Martin Tuck, dean of the Chillicothe Campus, shared his thoughts about OU-C’s ability to offer a quality, well-rounded educational experience at an affordable price in an interview on WBEX Radio’s ‘Sounding Board’ program as well as op-ed piece in the Chillicothe Gazette. With much discussion about student debt, the campus’ affordable price to earning a respected Ohio University diploma is of particular emphasis. Following are a link to the Sounding Board podcast and a copy of the op-ed article.

In light of the debt many college graduates face in terms of student loans, there has been much discussion lately, by elected officials and the general public, about the value of higher education. As a long-time educator, I appreciate both the tangible and intangible benefits of a college education and consider the experience invaluable in many aspects. However, as a parent with a monthly mortgage payment, I also understand the practical aspect of family budgets and the importance of avoiding overwhelming debt, especially for college graduates.

During my time at Ohio University-Chillicothe (OU-C), I have recognized that a quality education can be an affordable proposition. I am continuously struck by the ability of a campus such as OU-C to take a cost-efficient approach to higher education that mirrors the common-sense attitude of those in the region it serves.

At its core, Ohio University-Chillicothe is a place of opportunity. The campus reflects this value, first and foremost, by offering a quality education at an affordable price. On the Chillicothe Campus, we provide students an opportunity to earn a highly-respected Ohio University diploma for approximately $5,000 per academic year for a full-time student. This is a fraction of the cost faced by students and their parents at most residential campuses, and it is accomplished without compromising the quality of the academic or campus life experience.

The Chillicothe Campus is able to achieve this value largely because of a focused approach toward higher education. We offer associate, bachelor’s and a limited number of master’s degree programs that are aligned with student interest and emerging career fields in the region. In keeping with the Ohio University tradition, a sound liberal arts education is at its foundation, with an emphasis on developing students who can think critically and have the abilities to adjust to a changing job market.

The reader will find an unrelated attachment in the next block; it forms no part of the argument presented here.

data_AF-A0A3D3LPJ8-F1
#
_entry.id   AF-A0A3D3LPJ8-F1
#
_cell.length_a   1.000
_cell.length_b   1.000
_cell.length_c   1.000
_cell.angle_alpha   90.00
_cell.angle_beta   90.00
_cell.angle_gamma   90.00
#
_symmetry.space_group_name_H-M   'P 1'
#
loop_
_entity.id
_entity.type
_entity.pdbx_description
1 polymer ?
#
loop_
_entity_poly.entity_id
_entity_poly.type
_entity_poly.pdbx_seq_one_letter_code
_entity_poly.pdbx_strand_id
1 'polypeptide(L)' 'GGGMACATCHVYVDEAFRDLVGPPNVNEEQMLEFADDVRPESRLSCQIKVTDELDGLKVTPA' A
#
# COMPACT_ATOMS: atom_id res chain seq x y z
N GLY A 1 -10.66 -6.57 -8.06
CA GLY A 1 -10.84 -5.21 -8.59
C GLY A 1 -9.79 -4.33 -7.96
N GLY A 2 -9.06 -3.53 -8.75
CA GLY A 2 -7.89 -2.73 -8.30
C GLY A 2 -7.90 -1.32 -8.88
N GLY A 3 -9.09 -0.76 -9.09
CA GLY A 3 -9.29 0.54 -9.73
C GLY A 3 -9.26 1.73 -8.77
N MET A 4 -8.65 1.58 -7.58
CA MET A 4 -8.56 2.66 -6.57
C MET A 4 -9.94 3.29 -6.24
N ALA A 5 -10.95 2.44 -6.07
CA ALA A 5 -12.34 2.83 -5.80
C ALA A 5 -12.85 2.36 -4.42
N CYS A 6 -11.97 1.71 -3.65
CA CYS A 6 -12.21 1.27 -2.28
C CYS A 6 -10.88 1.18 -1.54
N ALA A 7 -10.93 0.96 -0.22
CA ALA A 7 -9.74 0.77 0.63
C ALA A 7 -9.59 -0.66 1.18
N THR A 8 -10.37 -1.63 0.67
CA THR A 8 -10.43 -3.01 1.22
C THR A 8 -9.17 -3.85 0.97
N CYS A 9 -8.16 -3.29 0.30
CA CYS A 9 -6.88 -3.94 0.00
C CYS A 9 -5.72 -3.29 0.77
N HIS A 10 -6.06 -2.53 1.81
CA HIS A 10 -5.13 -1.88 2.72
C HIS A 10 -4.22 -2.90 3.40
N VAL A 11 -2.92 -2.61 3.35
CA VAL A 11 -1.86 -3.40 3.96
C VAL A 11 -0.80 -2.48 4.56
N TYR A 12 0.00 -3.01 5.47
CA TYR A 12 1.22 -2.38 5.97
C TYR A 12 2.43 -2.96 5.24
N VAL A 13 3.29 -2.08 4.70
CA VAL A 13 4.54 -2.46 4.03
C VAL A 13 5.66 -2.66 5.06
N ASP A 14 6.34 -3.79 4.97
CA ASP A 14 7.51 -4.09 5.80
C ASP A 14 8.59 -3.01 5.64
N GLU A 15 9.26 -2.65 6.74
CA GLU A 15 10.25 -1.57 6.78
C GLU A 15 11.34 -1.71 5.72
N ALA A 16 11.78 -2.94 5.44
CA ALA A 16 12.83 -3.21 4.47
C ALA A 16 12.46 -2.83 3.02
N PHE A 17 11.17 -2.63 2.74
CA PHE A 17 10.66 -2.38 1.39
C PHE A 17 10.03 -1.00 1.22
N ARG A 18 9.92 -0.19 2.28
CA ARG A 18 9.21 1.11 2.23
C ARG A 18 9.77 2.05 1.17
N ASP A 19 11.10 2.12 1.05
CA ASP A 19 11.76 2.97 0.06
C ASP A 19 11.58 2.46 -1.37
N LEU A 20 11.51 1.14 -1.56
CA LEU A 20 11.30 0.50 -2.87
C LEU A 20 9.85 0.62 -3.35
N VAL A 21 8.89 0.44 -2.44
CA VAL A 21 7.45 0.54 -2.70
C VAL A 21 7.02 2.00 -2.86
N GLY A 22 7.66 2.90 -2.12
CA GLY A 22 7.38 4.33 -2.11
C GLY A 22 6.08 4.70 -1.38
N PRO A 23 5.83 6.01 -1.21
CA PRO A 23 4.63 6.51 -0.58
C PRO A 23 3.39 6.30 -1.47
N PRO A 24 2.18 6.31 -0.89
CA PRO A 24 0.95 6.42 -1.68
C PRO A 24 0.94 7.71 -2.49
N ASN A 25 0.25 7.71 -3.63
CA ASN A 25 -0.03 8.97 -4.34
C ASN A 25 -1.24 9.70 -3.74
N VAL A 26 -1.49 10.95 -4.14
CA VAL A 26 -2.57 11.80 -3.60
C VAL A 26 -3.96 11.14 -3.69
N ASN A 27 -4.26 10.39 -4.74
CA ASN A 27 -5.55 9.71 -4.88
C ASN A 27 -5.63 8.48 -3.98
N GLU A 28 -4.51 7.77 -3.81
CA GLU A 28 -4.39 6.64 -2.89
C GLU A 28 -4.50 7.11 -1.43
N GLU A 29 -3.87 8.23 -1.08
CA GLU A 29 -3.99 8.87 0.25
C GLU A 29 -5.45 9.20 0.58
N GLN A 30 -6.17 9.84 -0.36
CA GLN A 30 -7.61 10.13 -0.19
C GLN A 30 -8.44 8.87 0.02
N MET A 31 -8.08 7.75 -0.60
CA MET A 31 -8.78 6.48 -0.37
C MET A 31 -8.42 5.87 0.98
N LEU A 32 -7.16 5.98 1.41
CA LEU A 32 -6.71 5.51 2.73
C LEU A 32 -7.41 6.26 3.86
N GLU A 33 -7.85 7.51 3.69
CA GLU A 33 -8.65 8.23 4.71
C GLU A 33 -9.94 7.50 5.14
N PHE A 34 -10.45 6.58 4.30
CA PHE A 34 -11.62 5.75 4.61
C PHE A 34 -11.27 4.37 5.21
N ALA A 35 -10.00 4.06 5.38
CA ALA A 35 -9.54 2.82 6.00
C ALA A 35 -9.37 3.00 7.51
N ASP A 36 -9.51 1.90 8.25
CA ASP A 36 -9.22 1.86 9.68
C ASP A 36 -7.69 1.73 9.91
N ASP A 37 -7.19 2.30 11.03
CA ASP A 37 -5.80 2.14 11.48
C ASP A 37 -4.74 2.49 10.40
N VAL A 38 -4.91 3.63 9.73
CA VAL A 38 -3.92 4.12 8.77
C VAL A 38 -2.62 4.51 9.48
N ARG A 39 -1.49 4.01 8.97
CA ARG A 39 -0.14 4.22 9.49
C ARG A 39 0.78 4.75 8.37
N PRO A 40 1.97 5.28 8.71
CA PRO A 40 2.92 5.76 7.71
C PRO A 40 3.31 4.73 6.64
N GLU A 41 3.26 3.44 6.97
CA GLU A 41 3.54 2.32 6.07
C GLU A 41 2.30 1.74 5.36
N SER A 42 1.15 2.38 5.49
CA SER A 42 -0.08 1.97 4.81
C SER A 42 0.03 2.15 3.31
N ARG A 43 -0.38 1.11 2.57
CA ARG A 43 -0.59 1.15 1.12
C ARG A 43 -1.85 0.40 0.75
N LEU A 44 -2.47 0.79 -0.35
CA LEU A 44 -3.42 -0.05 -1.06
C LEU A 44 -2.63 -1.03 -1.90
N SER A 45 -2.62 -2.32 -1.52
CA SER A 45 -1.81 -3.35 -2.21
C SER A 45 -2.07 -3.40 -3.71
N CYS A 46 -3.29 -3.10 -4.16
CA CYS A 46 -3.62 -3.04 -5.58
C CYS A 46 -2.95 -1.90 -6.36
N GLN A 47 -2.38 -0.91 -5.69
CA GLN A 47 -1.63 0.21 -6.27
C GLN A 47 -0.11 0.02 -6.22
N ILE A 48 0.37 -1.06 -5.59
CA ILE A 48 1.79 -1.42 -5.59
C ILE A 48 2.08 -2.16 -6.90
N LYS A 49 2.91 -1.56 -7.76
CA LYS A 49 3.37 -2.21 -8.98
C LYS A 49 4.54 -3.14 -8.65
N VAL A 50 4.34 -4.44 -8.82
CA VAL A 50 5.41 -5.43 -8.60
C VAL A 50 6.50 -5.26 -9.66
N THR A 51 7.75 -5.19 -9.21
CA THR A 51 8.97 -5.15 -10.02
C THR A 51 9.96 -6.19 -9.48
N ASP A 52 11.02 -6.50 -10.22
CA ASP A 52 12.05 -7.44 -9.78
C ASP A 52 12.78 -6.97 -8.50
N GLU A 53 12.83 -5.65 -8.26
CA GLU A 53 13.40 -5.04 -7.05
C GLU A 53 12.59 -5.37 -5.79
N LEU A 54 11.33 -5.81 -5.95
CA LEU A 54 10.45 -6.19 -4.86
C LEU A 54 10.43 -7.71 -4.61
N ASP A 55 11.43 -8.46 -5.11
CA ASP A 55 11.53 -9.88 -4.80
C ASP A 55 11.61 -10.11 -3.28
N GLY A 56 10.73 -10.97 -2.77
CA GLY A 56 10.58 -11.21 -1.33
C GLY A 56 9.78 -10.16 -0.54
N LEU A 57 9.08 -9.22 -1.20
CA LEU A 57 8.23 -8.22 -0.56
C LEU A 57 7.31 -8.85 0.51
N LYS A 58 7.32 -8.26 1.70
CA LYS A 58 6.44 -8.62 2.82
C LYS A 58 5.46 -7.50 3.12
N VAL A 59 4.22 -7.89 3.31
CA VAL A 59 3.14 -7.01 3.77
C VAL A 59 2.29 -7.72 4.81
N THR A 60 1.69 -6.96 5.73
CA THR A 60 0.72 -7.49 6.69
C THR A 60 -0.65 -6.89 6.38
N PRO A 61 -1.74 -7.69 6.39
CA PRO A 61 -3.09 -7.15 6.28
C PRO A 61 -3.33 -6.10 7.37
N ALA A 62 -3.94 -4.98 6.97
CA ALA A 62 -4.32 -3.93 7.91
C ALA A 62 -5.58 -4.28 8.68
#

Further, as a commuter campus, our students do not face room and board charges. Many are able to live at home and drive to campus, which helps to alleviate expenses. Also, because OU-C is a commuter campus, several of our students are able to hold part-time jobs to help pay for college.

Although we are not a residential campus, OU-C is not lacking when it comes to campus life. Our students enjoy a well-rounded experience outside of the classroom with activities such as student organizations, athletics teams, a health and wellness center, cultural activities and a beautiful, small-campus setting. Since most of our students are from this region, OU-C’s enriching campus culture reflects the same hometown qualities that make this region such a great place to live and raise a family.

OU-C was founded as the first regional campus in the state in 1946, largely so that military veterans returning from World War II could utilize the GI Bill benefits they earned. Since that time, we have remained a campus with a clear vision of our purpose and whom we serve. As we have been proving for more than 65 years, higher education can be both invaluable and affordable with a no-frills approach that upholds the academic and campus life experience.

All-Conference Golfers

OU-C finished runner-up behind OSU-Lima in the recent Ohio Regional Campus Conference golf tournament. The first round was held at Cooks Creek Golf Club in Pickaway County, and the final round in Lancaster. OU-C golfers Brayden Stocklin (left) and Clint Brown earned first team all-conference, and Ryan Welch earned second team All-ORCC recognition. Stocklin and Brown tied for so co-players of the year.